What Is the Trigger for Gun Crime? BIGGER PICTURE as the Government Attempts to Crack Down on Gun Crime through Increased Police Visibility and Surveillance, Jo Ind Points the Finger at the Media and Asks What Role It Has Played in Exacerbating Violence on Birmingham's Streets
Byline: Jo Ind
It is the question to which everyone would like to know the answer - what is it that causes people to kill on our streets using guns?
There are many answers to that question and they have been rehearsed over and over again since the murder of 11-year-old Rhys Jones who was shot in a pub car park in Croxteth Park, Liverpool last month. Those answers are almost the same as the ones rehearsed since the deaths of Charlene Lewis and Letitia Shakespeare in Birmingham four-and-a-half years ago.
The usual explanations include irrelevant education system, a lack of male role models, parents who have not themselves been parented and inequality of job opportunities.
Rarely is the media sited as a culprit in the proliferation of gun crime - at least not within the media itself. It is more than time for a newspaper to turn the spotlight on itself and ask how our own industry has contributed to violence on Birmingham's streets.
Young people rarely use guns in isolation. Unlike the gun crimes of Dunblane, in 1996, or Hungerford in 1987 where a lone gun man slaughtered scores of innocent people, shootings are more likely to be from a group of people operating as part of a crew, or firm, related to dealing in drugs.
This phenomenon, which we tend to call "gangs" even though gangs can be positive friendship groups with no relation to crime, is becoming increasingly common.
The official story is that Birmingham is having success in bringing down gun crime. Following the deaths of Charlene Ellis and Letitia Shakespeare, West Midlands Police and Birmingham City Council set up an initiative called Birmingham Reducing Gun Violence, which involved bringing together the probation services, housing services, training programmes and community groups.
And it has had some success. In the past year it has worked with 12 young men who have been released from prison following convictions for gun-related offences and helped some of them move on to a different way of life.
However, those who are working with gangs on the streets, tell a different story.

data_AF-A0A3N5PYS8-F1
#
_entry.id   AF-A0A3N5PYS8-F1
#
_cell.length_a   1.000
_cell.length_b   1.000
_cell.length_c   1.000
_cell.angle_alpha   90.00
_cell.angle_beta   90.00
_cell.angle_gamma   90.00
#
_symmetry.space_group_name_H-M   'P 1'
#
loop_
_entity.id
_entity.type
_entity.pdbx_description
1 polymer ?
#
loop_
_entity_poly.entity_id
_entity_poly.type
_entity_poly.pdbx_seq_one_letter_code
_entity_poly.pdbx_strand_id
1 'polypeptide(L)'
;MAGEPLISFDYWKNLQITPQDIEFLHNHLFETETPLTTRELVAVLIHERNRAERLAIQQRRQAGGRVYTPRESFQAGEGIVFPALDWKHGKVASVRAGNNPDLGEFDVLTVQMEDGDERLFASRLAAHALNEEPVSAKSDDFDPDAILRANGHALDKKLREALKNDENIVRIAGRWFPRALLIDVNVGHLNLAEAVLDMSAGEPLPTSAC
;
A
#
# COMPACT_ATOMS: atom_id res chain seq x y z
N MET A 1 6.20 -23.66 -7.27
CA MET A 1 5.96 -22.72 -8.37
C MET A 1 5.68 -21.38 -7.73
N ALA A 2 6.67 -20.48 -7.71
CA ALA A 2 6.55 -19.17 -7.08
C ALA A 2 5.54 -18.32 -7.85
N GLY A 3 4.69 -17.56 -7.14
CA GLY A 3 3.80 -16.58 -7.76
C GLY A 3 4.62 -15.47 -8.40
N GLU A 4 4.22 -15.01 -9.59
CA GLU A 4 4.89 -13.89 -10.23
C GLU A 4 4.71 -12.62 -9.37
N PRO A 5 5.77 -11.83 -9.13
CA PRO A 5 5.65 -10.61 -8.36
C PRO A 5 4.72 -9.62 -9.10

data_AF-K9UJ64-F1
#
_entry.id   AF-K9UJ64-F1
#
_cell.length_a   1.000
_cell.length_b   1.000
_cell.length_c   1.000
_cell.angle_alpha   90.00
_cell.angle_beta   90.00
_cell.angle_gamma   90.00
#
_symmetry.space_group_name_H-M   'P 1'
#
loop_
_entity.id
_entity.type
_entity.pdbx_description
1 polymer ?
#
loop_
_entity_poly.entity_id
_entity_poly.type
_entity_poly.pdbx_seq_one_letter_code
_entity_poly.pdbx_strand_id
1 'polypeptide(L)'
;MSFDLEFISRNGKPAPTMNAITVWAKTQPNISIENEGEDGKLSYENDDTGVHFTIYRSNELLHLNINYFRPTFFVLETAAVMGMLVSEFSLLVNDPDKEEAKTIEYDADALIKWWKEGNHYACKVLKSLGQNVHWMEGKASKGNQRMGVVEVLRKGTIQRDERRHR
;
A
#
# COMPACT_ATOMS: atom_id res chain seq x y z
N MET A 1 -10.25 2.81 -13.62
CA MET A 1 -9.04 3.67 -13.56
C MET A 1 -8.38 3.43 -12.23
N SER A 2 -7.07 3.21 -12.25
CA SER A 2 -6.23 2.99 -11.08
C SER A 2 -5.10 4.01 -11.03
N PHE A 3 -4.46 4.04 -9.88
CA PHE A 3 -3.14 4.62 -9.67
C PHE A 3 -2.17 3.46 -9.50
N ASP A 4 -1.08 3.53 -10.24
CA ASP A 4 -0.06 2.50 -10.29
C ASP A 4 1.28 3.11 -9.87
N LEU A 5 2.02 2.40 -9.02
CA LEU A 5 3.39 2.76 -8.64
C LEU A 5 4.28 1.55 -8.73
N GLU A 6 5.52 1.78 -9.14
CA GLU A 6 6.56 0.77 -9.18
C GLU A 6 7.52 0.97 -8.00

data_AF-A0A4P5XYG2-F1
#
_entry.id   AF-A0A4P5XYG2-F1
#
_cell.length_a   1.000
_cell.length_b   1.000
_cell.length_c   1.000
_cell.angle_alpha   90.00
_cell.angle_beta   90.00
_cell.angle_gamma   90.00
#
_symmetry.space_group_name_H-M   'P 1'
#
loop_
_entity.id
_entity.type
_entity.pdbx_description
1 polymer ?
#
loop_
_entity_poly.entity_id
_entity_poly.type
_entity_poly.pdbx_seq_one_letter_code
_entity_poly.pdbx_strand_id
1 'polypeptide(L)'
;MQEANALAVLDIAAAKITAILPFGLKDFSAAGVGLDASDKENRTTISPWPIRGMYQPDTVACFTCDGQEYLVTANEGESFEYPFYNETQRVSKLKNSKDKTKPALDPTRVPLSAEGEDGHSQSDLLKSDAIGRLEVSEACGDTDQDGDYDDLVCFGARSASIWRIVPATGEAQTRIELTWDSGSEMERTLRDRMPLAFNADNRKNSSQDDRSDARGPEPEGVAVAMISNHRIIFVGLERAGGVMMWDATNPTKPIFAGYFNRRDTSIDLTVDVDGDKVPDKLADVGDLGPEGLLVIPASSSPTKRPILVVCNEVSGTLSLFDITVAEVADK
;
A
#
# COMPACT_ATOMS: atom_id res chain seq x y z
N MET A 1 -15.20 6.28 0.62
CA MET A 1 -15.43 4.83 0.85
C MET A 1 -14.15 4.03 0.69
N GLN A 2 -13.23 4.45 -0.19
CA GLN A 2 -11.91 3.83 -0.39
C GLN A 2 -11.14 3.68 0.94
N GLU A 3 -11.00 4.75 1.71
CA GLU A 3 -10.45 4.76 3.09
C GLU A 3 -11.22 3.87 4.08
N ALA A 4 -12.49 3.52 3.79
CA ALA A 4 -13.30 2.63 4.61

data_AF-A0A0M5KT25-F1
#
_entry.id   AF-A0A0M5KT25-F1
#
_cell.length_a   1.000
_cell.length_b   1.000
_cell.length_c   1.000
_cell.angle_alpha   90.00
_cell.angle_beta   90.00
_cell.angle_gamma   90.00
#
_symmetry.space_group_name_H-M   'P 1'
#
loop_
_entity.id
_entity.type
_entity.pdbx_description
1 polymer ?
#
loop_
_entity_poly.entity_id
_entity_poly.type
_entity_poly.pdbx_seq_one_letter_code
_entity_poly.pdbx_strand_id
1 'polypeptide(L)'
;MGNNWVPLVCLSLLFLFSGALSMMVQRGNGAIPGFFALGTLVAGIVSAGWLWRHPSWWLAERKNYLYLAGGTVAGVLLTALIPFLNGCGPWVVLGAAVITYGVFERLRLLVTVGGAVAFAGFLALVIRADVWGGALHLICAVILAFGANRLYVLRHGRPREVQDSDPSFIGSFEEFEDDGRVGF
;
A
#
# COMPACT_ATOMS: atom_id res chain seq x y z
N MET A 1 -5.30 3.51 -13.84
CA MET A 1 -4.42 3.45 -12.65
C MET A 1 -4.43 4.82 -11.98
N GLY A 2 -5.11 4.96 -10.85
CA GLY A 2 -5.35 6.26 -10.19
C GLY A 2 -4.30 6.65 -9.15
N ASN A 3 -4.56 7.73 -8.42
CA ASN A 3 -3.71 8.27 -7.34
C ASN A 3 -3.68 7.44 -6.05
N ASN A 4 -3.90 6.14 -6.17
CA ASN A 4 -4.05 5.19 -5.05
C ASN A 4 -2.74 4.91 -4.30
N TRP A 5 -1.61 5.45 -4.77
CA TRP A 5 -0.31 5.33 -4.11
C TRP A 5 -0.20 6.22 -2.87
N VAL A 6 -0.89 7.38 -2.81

For the past couple of weeks I have been meeting with people directly involved with the problem - former drug dealers, policemen who work with gangs and gun crime, community workers who get alongside youngsters at risk of turning to violence - and they all say the same thing: the hostility and tension on the streets of Birmingham is worse than it ever was and the media has played a very direct role in bringing that about.
For example after the deaths of Charlene Ellis and Letitia Shakespeare one newspaper published an aerial shot of Birchfield Road in Handsworth and wrote, inaccurately, that the infamous Johnson Crew operated on one side of the road and the Burger Bar Boys claimed the turf on the other side.
This was simply not true. Birchfield Road did not demark the turf between the two gangs. What's more, the guys involved in the shooting which lead to the deaths of the young women, were not in definite groups.
But the newspaper's report became a self-fulfilling prophecy. As a result of the newspaper saying it was all down to turf rivalry on either side of the road, youngsters got bound up in the celebrity of it all and rivalries did indeed begin to form along those lines.
People began to describe themselves as B6 or B21 and the whole business of demarking themselves through post-codes began.
Apparently, the forming of gangs around organised crime has now spread into places like Chelmsley Wood and Coventry, where it was never particularly big before.
Who is to blame? The media, say those who know the scene.
Doubtless there is an element of scapegoating in this. As journalists, we are the only people who live off it but don't live with it.
We are the easiest people to blame because we write crazily about gun crime one week and then move on to write about climate change, housing and the length of the hemline the next. …